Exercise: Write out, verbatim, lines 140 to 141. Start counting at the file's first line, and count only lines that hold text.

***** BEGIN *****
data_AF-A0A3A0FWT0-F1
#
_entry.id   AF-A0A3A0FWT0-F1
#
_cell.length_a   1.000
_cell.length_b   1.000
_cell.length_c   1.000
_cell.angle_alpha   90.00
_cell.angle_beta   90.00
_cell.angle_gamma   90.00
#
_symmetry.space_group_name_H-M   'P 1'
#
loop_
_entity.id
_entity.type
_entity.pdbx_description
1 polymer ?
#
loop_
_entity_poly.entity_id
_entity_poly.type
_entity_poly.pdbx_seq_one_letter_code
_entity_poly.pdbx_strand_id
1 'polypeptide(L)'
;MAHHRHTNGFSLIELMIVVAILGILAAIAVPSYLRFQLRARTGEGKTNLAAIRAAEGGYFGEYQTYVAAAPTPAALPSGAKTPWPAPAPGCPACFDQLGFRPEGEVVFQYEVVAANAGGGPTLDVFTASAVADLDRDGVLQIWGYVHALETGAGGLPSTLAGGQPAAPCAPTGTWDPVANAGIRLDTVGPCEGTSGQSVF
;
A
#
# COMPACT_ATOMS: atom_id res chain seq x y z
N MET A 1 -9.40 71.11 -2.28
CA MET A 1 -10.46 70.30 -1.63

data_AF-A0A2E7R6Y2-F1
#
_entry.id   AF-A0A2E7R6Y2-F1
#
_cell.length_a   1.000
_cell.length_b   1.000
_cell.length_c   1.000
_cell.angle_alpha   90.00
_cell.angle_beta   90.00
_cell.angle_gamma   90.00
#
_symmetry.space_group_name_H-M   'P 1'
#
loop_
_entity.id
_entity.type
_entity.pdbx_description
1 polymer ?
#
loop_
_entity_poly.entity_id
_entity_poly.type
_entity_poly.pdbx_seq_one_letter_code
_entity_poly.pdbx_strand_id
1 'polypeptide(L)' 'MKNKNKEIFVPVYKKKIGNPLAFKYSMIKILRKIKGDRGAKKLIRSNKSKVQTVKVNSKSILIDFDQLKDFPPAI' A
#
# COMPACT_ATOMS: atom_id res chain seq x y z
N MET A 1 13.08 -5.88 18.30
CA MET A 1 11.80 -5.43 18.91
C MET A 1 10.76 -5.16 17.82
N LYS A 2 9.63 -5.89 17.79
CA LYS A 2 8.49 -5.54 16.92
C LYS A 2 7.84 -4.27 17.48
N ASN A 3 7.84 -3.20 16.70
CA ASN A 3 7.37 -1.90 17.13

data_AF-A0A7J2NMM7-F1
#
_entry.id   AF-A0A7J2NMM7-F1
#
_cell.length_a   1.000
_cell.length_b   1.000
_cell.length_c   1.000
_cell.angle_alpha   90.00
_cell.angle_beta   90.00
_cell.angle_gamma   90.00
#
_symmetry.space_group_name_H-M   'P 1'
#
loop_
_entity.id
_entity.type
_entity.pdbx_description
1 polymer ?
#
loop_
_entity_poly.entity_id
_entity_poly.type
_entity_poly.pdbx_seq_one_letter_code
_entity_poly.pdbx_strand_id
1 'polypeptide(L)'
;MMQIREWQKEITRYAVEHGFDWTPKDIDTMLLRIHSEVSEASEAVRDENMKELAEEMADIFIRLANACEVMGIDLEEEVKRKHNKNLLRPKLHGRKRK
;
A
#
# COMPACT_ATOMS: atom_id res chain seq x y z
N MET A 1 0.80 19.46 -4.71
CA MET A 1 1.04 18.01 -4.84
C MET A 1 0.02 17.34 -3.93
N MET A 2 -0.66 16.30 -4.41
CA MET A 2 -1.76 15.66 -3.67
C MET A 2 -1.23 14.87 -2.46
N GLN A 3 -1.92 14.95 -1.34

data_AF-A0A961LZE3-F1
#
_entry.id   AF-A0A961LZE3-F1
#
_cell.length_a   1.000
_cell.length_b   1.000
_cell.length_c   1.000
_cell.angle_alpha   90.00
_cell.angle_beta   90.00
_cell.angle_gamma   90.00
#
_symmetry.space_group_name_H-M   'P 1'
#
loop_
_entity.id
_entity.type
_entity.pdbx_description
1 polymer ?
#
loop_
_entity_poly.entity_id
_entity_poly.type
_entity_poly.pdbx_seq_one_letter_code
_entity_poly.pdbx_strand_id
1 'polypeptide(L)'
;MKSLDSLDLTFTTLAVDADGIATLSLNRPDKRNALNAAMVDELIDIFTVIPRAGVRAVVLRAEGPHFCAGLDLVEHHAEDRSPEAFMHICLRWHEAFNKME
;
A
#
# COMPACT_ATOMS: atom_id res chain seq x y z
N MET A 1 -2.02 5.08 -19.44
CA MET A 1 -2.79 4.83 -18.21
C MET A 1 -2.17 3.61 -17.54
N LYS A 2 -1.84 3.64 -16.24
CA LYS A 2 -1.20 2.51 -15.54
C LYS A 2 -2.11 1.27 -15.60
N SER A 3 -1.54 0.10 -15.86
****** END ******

C LYS A 2 -2.11 1.27 -15.60
N SER A 3 -1.54 0.10 -15.86